Isolated Flyback Converters: Performance Evaluation and Check Points
Performance evaluation using an evaluation board: Measurement method and results
- Evaluating power supplies
- High voltage safety
- Measuring high voltage
- Measuring power supplies
This section describes the measurement method for and results of an evaluation to determine whether design goals have been attained, using the circuit and circuit board that were verified in the preceding section. The circuit board is, available in the market, is one that is referred to as the BM2P014, designed to evaluate the power supply IC.
The table below, the same as the table that was shown in the preceding section, represents the design goals for this section.
|No load input power||-||-||50||mW||Input:100VAC/230VAC|
|Output ripple voltage||-||-||100||mV||Bandwidth: 20MHz|
The parameters listed below are to be measured. The table below shows the measurement method and conditions, and measurement equipment to be employed, as well as the measurement points to be included.
|Input voltage||Using a step up/down transformer, apply 90VAC, 100VAC, 230VAC, and 264VAC voltages.||Voltmeter (AC) and wattmeter|
|Input current||Measure with each input voltage and output load current.||Clamp ammeter and wattmeter|
|Input power||Measure the input power.||Voltmeter (AC), wattmeter, and clamp ammeter (AC)|
|Output voltage||Measure with each input voltage and output load current.||Voltmeter (DC)|
|Output current||Apply a 0A to 1.5A current using variable load equipment.||Ammeter (DC)|
|Output ripple voltage||Observe the waveform with an oscilloscope.||Oscilloscope|
|Efficiency||Calculate the efficiency from the above measurement results.||Output power ÷input voltage (%)|
As may be clear from the above diagram, the parameters involved are basically voltage and current, which can be measured easily with a multimeter and a wattmeter. For the measurement of alternate current, there is no question that a wattmeter comes in handy, although a clamp ammeter can also do the job.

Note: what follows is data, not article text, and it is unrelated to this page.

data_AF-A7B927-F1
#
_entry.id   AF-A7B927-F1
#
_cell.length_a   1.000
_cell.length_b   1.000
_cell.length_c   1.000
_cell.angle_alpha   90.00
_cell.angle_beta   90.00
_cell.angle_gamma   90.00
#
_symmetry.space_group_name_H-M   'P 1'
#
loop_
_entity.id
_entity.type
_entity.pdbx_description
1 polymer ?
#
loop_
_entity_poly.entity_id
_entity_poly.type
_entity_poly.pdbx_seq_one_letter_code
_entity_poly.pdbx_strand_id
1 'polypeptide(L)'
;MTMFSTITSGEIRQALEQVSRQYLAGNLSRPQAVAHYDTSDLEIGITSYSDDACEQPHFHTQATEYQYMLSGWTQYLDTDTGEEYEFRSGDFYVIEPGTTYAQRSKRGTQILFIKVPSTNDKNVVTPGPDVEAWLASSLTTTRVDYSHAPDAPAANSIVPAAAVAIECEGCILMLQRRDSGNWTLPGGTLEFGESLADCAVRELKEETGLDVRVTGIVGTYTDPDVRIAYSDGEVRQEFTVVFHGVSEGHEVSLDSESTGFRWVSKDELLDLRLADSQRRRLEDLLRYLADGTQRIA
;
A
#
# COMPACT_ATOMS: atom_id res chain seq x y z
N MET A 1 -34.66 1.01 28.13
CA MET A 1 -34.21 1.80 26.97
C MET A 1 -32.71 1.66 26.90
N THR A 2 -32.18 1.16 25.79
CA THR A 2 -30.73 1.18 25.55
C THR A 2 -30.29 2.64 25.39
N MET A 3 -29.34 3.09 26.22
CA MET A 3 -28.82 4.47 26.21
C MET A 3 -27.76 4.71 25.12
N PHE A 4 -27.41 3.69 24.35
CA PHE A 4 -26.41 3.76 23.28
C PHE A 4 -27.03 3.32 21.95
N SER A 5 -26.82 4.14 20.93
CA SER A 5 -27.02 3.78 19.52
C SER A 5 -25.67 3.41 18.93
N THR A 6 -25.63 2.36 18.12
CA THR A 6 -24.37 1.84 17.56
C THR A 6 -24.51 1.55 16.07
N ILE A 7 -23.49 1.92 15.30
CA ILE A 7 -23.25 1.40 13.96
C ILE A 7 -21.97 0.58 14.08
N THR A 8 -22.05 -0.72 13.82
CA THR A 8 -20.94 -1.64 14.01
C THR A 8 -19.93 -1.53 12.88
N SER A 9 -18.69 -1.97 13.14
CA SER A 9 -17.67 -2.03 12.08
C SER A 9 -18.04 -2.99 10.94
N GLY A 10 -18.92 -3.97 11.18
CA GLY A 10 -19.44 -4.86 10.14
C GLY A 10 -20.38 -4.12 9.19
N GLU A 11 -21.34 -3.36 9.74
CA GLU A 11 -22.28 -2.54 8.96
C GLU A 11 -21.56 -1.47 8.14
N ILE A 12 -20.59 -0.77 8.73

For output ripple voltages, use an oscilloscope to observe the output waveforms. Observing with an oscilloscope is a mandatory requirement due to the fact that in order to determine an output ripple, peak voltages are required.
The following devices are needed to set up measurement conditions: a transformer capable of stepping up or down the voltage in order to generate a 90 VAC to 264 VAC power from 100 VAC; and a variable load equipment that sets an output load current.
An important precaution is that the process involves the handling of high voltages. For input voltage, a maximum of 264 VAC may need to be handled. The primary side rectified voltage will be 372 VDC, which obviously could cause life-threatening injuries. Use extreme caution in avoiding shorting or inadvertent contact. Before undertaking measurements, be sure to take the necessary and adequate safety measures.
The table below shows actual measurements.
The above figures represent measurements of minimum, nominal, and maximum input voltages, under six conditions by varying the load current from zero to10 mA, 100 mA, 500 mA, 1 A, and 1.5 A. The encircled figures indicate those that are equal to design goals.
The output ripple voltage produced the waveform shown below, based on an oscilloscope probe. Grounding the equipment with a standard clipped grounding wire can produce disturbance and spikes in the waveform that actually do not exist. The best technique would be to use a dedicated connector to insert a probe directly. However, it can also be effective to take measurement through a grounding wire that is cut as short as possible, as shown in the photograph.
The measurement results are summarized below:
|Input voltage||90||-||264||VAC||Normal operation in this range|
|No load input power||-||-||50||mW||32mW at 100VAC input
36mW at 230VAC input
|Output voltage||11.4||12||12.6||V||12.08V Min
|Output current||1.5||-||-||A||Normal operation at 1.5A|
|Output ripple voltage||-||-||100||mV||74.0mVp-p|
|Efficiency @1.5A||80||-||-||%||83.8% Min
The results indicate that for each parameter the maximum and minimum requirements are met, and the design goals are attained. It goes without saying that the circuits, parts, and board used are evaluation units, with proper adjustments and revisions completed so that design goals would be satisfied. In the actual design process, items that do not meet requirements may crop up. Since the purpose of this task is debugging, we need to uncover issues, identify the causes of them, and address the problems.
In addition, in performing measurements, beyond the set conditions, such as an input range of 90 to 264 VAC, the conditions have to be tightened and likely trends need to be provided for, in consideration of margins inherent in the components. In this case, because the 90 to 264 VAC range includes a ±10% margin, up to ±15% should be verified. There may be cases where “the device operated OK up to ±10% but at ±11% it suddenly failed to function.” This suggests a lack of adequate margin, in which case the design goal must be revamped.
If the design goals are to be guaranteed values for a power supply unit, separate standards may need to be set up as to what margin must be provided.
・ With basic instruments, power parameters can be measured with relative ease.
・The measurement process involves the handling of high voltages. Learn the steps necessary to ensure safety, and work in strict adherence to the safety precautions.